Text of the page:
Tell us about what led to you writing this book.
In a way, it was my previous book for Black Inc., Woman of Substances, that triggered the idea for Everything Harder Than Everyone Else. While there are all sorts of reasons that people consume substances, I noted that there are those who treat drug-taking like an Olympic sport, exploring their capacity to really push their bodies, and frankly, wanting to be the best at it. Those people, when they quit, might turn to a similarly annihilating pursuit such as marathon running, getting the same gory kick out of pre-dawn starts and food rations as they did with their pre-dawn crashes and lines of coke, not to mention the glory of going all in – my very first interviewee, ultra-endurance adventurer Charlie Engle, confirmed all that in spades. It made me wonder, what other reasons are there for somebody to push themselves repeatedly to the edge of annihilation? I also really wanted to hang out with these people.
What’s the connection between sport and addiction – how are they linked?
Drug addiction is not a recurring theme in my interviews for this book, but it does come up sometimes. A common hypothesis is that former drug users who hurl themselves into sport are simply trading one addiction for another. Maybe so – both behaviours are goal-oriented and activate the same reward pathways, and when a person gives up one dopaminergic behaviour, such as taking drugs, they are likely to seek the same sense of stimulation elsewhere. In the clinical field, it’s known as ‘cross-addiction’.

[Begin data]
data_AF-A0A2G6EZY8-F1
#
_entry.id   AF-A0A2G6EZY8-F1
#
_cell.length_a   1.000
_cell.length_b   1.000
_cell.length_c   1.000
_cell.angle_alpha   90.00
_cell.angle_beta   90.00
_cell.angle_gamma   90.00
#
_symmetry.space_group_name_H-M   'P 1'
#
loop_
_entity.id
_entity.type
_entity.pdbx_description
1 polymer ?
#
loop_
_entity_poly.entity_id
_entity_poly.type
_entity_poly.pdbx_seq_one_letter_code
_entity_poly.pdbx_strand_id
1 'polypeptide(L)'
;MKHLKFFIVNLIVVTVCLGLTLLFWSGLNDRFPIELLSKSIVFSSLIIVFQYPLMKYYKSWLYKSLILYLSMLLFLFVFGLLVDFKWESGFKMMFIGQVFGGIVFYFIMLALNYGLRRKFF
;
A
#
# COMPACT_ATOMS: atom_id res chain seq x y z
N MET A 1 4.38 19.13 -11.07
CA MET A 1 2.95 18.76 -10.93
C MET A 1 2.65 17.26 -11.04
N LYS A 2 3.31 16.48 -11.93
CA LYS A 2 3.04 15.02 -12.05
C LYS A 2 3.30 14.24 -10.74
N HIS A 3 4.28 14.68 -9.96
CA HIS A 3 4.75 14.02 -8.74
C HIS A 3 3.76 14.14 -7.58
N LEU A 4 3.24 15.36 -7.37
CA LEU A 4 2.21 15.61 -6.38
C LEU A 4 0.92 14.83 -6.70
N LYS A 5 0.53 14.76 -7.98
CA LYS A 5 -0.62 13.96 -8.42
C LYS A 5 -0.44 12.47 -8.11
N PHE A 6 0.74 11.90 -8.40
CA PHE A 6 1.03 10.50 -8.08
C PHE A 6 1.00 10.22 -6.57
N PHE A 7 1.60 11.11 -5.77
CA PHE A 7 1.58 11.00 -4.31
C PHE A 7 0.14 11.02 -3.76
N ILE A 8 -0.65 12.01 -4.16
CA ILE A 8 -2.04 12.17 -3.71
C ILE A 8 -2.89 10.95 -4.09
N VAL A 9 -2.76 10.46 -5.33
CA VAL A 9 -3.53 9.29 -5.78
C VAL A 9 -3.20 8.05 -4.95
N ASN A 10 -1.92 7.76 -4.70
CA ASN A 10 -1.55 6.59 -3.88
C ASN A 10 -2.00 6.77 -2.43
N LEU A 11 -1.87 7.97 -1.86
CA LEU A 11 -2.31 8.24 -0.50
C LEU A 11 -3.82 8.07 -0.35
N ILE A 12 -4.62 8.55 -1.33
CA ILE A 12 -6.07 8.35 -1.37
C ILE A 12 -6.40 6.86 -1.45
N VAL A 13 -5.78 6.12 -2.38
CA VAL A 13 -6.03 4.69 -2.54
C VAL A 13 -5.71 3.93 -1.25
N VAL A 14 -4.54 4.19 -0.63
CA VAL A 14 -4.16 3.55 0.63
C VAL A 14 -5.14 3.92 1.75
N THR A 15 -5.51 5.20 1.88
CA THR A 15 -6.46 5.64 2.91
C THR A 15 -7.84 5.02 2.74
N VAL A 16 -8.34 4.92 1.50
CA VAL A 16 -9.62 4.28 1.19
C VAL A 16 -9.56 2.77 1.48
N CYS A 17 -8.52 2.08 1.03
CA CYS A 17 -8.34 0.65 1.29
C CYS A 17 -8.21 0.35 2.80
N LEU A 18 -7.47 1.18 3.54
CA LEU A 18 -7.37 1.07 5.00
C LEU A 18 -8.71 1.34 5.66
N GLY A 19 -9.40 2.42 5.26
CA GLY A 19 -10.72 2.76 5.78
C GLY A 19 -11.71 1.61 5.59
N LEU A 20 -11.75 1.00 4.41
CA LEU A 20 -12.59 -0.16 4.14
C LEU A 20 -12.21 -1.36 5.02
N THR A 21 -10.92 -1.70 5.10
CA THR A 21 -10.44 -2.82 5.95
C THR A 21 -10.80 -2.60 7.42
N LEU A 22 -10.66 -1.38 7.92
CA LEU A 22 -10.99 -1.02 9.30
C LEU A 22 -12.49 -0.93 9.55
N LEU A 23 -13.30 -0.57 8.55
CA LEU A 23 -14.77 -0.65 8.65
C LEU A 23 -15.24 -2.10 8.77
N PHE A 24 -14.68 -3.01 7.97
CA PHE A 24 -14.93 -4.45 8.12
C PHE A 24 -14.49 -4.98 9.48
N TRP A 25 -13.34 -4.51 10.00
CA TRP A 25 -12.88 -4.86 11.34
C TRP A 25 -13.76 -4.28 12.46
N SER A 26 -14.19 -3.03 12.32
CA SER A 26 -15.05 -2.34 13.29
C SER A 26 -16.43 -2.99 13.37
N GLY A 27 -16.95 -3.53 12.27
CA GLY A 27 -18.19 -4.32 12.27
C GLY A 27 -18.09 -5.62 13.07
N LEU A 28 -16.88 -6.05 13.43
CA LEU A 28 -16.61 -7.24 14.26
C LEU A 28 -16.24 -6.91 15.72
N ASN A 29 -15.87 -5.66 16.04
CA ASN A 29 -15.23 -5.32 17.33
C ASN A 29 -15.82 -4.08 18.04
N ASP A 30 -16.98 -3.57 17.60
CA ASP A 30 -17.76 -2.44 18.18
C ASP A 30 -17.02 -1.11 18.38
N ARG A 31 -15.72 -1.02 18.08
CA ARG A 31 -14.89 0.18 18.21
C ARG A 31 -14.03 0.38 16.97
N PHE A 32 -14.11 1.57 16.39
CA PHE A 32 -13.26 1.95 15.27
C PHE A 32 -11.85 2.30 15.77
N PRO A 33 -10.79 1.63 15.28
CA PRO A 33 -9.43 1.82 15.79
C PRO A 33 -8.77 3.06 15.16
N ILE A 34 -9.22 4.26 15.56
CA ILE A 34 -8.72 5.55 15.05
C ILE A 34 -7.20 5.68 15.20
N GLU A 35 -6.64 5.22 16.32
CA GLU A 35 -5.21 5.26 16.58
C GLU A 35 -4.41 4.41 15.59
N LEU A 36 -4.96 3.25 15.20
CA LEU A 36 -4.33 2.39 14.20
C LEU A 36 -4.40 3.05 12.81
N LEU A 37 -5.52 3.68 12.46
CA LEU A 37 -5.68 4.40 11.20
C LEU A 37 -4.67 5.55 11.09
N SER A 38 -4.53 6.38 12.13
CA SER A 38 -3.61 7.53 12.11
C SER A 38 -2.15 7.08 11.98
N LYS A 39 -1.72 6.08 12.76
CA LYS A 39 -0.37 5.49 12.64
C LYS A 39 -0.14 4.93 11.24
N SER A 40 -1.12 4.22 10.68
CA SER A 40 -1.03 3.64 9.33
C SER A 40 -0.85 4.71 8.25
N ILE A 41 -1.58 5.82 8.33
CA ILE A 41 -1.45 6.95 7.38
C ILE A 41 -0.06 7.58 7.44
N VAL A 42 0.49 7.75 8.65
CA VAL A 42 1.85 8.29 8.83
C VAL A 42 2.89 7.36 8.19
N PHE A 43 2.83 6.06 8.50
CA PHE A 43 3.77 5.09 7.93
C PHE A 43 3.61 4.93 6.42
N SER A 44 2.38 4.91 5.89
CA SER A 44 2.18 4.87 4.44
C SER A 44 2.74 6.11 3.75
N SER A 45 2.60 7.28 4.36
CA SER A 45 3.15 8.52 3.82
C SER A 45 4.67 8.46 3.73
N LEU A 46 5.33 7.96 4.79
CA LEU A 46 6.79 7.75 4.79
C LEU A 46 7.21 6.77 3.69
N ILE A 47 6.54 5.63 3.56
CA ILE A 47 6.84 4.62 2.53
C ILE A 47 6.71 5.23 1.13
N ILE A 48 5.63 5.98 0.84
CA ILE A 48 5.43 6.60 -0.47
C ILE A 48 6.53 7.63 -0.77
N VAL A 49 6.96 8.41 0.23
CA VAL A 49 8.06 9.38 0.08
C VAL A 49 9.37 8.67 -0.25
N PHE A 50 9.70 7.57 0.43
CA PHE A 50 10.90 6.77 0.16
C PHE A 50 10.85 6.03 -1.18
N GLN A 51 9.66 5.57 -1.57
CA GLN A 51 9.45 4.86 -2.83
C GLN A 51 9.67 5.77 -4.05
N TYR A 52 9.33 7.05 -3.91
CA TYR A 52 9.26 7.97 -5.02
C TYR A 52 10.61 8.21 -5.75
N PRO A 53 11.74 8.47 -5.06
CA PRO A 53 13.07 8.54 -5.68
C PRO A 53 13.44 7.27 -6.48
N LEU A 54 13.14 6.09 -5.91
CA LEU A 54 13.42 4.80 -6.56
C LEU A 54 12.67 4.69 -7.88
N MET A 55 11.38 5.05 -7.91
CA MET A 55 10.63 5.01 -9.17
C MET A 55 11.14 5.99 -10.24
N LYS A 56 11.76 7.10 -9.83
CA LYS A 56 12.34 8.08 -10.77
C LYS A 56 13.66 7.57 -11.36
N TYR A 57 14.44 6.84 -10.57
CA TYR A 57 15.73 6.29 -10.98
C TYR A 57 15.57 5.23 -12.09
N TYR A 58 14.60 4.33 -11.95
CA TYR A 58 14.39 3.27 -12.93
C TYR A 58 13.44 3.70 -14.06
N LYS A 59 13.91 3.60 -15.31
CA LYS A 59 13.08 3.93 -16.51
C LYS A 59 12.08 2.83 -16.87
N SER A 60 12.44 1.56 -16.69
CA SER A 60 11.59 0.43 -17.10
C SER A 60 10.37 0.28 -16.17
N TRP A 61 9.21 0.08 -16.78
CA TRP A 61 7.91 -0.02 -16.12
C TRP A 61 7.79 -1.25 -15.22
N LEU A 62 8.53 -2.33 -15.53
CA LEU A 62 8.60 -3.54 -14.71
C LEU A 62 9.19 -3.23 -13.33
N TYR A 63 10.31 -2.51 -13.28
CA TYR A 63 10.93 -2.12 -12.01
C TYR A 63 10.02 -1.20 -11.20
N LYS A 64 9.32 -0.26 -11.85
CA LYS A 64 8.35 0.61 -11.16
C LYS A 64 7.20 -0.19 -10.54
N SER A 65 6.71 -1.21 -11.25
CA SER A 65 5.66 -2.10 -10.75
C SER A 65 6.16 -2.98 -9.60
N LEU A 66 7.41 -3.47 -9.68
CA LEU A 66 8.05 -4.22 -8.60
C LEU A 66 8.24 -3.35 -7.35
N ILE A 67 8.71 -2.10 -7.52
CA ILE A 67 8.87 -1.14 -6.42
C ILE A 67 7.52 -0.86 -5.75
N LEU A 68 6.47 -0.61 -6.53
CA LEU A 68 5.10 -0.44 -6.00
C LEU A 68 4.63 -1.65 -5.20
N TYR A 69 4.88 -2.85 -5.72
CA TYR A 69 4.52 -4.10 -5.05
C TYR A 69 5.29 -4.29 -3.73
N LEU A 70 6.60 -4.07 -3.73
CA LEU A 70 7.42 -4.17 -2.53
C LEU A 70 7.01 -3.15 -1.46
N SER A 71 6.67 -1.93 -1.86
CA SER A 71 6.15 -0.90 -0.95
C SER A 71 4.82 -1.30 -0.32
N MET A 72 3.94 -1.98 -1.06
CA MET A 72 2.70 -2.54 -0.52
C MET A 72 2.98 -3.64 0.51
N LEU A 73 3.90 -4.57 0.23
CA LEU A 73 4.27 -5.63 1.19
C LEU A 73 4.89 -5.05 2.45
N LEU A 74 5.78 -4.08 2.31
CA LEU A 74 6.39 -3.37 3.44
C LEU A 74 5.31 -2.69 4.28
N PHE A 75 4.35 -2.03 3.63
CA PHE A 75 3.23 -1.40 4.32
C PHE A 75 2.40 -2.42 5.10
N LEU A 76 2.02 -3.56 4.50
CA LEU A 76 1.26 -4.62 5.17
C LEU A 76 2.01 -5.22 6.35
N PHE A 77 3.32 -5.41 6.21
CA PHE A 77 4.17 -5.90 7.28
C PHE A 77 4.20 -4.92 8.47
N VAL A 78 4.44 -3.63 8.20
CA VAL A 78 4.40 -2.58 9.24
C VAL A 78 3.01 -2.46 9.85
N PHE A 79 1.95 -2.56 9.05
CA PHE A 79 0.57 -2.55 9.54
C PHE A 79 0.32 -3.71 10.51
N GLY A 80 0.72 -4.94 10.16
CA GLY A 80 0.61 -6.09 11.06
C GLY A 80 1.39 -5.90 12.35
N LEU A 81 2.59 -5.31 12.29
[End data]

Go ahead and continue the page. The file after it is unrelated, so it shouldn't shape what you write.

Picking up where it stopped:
Marathon running, and particularly ultramarathon running – which means a distance of at least 42.2 kilometres – seems to be the most prevalent sport for the incredibly driven breed of drug user. High-wire memoirs about this lifestyle swap include Charlie Engel’s Running Man (2016), Rich Roll’s Finding Ultra (2012), Catra Corbett’s Reborn on the Run (2018) and Caleb Daniloff’s Running Ransom Road (2012).
So what are the similarities between drug-using behaviour and long-distance running? The solitary pursuit of a goal, the intoxicating feeling of being an outlier, the meditative quality of the rhythmic movement, the adrenaline rush of triumph; and on the flipside, the self-flagellation that might last as long as a three-day bender. The physical risks of running are also not dissimilar to those of the prolific drug user: the long-term effects can shorten the lifespan, and there have been plenty of fatalities mid-race. It makes me wonder, where does hedonism end and endurance begin?
When it comes to marathon running and other extreme sports, we seem to relish in the suffering. Why?
‘We’? I wouldn’t run in a million years. But it’s true – endurance races are marketed in terms of their promise of suffering. They have names such as Triple Brutal Extreme Triathlon and Hurt 100. One of the earliest US events, in 1928, was the Trans-American Footrace, nicknamed The Bunion Derby in the press.